About the book

It is 1865 and, impoverished and oppressed in their own country, a desperate group of Welsh colonists set sail for a land flowing with milk and honey; a place they have been promised, of meadows and tall trees, where they can build a new Wales. What they find after a devastating sea journey is a cold, South American desert already occupied by tribes of nomadic Indians, possibly intent on massacring them.

Settler Silas James soon fears he has been tricked for another man's impossible dream. But despite his hatred of the politically adept and obsessive Edwyn Owen, and under the watchful eye of Indian shaman Yeluc, a new culture takes root as an old one passes away. Together they ensure that the colony survives - but only by sacrificing almost all that they love.

In the middle of the cold desert of Patagonia, South America, there is a collection of small communities that look strangely out of place. Their first language is not Spanish but Welsh. They have chapels, high teas and folk festivals. When Princess Diana went there she was made especially welcome: she was, after all, their princess. Bruce Chatwin described his encounter with them in his book 'In Patagonia', but despite this the history of Great Britain's last successful colony is little known.

Minister's House in Gaiman, Patagonia.

In order to write my story of the colonisation I not only read several accounts of what happened, but also travelled alone across Patagonia, studied Welsh and trained to be a shaman - the last in order to understand the culture of the people they displaced.
Map of South America and my journey from Rawson (A) at the Atlantic coast to Esquel in the Andes (B)
The result is a novel - my interpretation of how it may have been to have been one of those colonists.

Cwm Hyfred (Beautiful Valley) in the Andes (photo given to me by one of the descendants of the settlers, Douggie Lloyd).


"...Award-winning novelist Dudman has written another powerful contender for honours with this atmospheric, lyrical page-turner..."

Steve Dube, Western Mail, June 5th 2010

"...an engrossing book. It sticks to the facts and doesn’t exaggerate them for effect..."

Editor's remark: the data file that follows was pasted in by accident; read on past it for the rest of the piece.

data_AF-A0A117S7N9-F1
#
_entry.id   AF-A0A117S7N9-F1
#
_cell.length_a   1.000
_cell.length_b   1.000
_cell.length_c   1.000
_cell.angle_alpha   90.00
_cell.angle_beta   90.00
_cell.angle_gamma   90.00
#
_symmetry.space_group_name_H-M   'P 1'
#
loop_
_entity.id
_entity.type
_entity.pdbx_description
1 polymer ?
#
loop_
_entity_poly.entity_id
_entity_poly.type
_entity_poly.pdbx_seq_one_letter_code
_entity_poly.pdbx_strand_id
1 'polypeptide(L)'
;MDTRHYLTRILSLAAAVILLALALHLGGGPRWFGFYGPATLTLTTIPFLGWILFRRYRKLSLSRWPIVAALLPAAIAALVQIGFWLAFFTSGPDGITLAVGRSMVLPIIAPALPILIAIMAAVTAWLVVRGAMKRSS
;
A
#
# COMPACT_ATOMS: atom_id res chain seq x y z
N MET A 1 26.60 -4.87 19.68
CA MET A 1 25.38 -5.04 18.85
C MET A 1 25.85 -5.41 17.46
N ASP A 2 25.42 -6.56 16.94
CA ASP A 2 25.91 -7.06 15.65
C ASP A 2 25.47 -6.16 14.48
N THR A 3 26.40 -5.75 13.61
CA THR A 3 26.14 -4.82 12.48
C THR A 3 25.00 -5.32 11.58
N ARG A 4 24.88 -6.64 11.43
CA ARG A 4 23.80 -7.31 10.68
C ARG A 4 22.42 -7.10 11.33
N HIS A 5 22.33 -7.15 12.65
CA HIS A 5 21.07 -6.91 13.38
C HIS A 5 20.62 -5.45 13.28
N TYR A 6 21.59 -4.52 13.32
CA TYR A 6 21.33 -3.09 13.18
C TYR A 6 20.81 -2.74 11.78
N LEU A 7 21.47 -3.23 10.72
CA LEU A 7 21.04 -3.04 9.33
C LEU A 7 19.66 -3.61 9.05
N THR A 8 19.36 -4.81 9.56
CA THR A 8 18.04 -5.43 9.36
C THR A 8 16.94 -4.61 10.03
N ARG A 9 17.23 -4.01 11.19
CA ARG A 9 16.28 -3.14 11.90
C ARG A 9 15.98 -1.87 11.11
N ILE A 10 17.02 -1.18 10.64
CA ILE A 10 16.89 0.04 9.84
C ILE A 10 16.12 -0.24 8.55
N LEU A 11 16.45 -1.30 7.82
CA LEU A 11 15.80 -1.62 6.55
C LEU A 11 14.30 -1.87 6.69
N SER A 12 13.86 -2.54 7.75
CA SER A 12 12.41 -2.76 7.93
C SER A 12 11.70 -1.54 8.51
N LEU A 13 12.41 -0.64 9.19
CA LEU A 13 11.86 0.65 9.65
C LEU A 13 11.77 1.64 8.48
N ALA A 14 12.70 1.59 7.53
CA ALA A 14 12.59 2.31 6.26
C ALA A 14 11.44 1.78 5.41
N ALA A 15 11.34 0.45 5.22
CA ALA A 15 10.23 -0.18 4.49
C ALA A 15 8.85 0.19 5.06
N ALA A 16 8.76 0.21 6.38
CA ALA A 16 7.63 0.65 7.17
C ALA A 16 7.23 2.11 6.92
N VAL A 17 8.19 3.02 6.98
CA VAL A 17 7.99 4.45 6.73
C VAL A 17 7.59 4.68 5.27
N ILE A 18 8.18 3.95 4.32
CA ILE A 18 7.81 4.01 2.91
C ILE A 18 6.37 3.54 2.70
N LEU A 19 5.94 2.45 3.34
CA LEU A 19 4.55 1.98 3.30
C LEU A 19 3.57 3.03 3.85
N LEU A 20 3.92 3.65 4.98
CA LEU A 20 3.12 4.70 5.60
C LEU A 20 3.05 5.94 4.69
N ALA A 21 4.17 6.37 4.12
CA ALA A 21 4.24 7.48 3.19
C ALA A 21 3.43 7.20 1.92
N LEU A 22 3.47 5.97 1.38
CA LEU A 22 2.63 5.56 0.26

Jim Murdoch, The Truth About Lies, June 21st 2010

"...intensely moving...The protagonist Silas James is a character you instantly connect with, and the in-depth descriptions make you feel as though you are sitting in the Patagonian desert..."

'KH', Buzz Magazine July 2010

"...A Place of Meadows and Tall Trees is a lovely novel, which I highly recommend for a rich and rewarding reading experience."

Anne Sydenham, Cat Politics July 2nd 2010

"...Her extensive research into the region and the period in which the story takes place gives the novel an air of urgency and realism that makes it a gripping read..."

Carola Huttman in BookMunch July 7th 2010

"...This narrative about the Welsh colonists of Patagonia would be a ripping yarn, as they say, in the hands of any competent writer. It has danger, dashed dreams, fears, jealousies, romance -- everything you could want in a novel. But in the hands of a writer of the calibre of Dudman, this has become much much more..."

Sue Guiney : Writing Life. July 11th 2010

"...Lyrical and informative in equal parts, this is a novel that a non-fiction reader can appreciate for its descriptive content while still giving flight to the imagination and good development of characters that the reader cares about. Recommended."

Brian Clegg: Now Appearing. July 19th 2010

Fine historical novel based on the true story of the founding of a Welsh colony in Patagonia in 1865. It's a harrowing book, but beautiful, full of humanity, and believably renders the hardships and triumphs of the early colonists, as well as what their arrival meant to the native Tehuelche people..."

'Mastadge' August 1st 2010

A Place of Meadows and Tall Trees
is beautifully written and powerful. Also surprising: going into it I already knew more or less what it would be about, yet I was still caught off-guard repeatedly at how the author chose to tell the story...'